Germany has just adopted a law to put an end to anonymity for sperm donors - a practice that leads to the birth of over 1000 children per year in this country. German legislation seeks to create a "central register of sperm donors and female recipients". The data will be filed for 110 years and the donors' names can be communicated to children over 16 years of age, on request. However, the law "excludes any judicial finding of donor paternity which could involve custody or inheritance".
Finally, the introduction of in-depth psychological interviews with donors and intended parents is under investigation. This last approach does not convince Anne Meier-Credner, a member of the German Association for children born through gamete donation, "SpendeKinder", who fears conflicts of interest: "It's not in the interests of assisted procreation physicians to dissuade donors and patients". She also noted that this law will concern a minority of children born through gamete donation because only 20% of parents actually inform their children of their origins in such cases: "Many ‘social’ fathers are afraid of telling the truth because they are afraid of being rejected by their child". On the other hand, few donors actually want to meet up with their offspring: "Many of them are very young and do not necessarily take into consideration the long-term implications of organ donation".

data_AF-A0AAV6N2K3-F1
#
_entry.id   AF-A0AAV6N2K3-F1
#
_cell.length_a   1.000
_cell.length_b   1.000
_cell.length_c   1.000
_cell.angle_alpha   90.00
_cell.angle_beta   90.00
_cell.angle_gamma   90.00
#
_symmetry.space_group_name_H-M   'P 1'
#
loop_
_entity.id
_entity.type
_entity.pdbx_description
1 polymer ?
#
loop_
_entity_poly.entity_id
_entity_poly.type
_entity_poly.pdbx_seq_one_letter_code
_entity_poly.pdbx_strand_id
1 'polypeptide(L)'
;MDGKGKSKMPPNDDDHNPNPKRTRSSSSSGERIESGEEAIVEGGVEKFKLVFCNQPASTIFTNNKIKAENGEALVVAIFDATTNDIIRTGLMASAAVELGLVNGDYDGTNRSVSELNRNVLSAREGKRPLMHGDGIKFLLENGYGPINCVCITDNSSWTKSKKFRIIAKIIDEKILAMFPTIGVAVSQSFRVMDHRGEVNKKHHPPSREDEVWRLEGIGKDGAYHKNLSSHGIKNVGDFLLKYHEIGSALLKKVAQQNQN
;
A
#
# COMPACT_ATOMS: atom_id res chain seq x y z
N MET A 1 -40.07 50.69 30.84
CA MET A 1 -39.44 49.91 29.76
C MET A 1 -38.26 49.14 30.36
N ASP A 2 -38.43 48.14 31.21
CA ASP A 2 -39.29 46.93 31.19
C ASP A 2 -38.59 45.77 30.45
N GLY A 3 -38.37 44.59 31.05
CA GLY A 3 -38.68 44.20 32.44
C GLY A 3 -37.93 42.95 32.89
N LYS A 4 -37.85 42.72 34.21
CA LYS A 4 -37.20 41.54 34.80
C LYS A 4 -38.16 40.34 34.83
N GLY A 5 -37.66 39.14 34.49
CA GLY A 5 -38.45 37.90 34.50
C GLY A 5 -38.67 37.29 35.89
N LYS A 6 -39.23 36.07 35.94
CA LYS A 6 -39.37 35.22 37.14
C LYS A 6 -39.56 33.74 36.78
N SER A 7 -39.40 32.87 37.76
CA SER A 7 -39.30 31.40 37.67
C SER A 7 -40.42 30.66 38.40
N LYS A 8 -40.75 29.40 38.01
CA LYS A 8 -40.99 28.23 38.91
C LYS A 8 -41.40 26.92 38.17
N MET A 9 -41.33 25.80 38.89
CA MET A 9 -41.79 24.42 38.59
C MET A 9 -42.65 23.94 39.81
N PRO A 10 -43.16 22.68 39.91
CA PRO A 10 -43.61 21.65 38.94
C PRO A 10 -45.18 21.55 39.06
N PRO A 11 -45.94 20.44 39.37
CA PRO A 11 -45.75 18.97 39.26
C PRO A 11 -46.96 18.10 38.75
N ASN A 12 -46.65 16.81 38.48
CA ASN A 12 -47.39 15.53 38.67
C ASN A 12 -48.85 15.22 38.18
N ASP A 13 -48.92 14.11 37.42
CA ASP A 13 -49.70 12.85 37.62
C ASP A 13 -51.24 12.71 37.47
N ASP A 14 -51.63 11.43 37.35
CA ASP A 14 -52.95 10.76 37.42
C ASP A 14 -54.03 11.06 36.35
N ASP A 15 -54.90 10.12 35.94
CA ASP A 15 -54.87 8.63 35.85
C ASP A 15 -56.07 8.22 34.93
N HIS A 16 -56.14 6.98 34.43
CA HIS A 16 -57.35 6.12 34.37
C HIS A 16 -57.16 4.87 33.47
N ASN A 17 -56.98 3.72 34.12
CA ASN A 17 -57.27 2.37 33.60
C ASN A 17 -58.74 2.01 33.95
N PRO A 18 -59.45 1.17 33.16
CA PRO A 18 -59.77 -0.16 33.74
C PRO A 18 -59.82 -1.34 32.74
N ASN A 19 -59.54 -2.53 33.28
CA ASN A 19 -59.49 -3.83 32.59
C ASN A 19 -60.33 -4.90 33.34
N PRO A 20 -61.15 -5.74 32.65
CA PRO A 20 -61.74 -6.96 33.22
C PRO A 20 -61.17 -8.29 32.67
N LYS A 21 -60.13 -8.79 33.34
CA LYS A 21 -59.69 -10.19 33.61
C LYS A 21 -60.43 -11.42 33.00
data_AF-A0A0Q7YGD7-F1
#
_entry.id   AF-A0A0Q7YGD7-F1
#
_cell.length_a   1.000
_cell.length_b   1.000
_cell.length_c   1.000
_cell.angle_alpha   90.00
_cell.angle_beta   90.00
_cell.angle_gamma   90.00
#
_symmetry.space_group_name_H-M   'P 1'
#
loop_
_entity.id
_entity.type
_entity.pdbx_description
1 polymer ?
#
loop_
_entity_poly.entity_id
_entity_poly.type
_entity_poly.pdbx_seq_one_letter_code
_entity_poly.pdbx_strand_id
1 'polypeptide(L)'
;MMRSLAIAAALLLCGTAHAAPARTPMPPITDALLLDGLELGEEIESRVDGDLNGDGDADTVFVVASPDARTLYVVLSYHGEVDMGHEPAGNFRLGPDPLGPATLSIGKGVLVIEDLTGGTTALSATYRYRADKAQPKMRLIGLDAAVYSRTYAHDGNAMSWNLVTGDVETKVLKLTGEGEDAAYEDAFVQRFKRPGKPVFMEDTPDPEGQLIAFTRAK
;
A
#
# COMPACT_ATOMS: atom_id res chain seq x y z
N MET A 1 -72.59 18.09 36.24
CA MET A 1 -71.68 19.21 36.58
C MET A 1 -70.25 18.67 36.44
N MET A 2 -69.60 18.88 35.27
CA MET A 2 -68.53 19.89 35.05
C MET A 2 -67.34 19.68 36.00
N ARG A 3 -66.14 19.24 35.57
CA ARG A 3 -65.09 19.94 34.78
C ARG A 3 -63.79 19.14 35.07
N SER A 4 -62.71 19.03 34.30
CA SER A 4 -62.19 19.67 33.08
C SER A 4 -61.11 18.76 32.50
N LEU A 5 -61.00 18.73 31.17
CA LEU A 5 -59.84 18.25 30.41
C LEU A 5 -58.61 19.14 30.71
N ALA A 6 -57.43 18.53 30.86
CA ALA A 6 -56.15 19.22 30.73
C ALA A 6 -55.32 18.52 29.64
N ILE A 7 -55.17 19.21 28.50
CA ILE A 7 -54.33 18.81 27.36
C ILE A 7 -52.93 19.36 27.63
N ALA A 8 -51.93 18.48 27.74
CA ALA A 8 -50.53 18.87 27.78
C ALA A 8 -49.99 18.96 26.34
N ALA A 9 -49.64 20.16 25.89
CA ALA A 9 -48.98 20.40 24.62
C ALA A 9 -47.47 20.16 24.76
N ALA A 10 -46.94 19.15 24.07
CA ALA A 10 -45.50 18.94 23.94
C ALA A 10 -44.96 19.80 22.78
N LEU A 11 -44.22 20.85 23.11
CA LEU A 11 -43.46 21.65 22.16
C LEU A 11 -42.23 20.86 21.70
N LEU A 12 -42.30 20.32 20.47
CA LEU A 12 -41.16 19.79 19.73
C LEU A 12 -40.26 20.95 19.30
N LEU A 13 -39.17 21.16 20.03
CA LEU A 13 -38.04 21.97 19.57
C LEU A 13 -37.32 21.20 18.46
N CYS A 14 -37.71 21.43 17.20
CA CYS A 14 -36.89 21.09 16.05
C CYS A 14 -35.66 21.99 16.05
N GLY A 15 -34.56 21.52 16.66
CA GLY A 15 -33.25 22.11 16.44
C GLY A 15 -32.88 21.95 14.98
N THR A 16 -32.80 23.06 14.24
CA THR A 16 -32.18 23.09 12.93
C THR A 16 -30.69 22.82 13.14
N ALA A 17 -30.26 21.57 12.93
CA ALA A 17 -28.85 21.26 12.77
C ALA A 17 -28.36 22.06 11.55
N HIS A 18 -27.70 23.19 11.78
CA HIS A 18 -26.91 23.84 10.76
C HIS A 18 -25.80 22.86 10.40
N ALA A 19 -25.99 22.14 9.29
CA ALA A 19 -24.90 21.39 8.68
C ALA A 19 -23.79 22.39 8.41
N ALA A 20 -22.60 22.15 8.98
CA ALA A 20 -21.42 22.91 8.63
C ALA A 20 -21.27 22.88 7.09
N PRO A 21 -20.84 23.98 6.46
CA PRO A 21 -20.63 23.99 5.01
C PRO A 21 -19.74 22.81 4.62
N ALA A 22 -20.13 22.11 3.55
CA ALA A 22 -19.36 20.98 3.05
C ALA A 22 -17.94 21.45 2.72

La libre, Nathalie Steiwer (26/05/2017)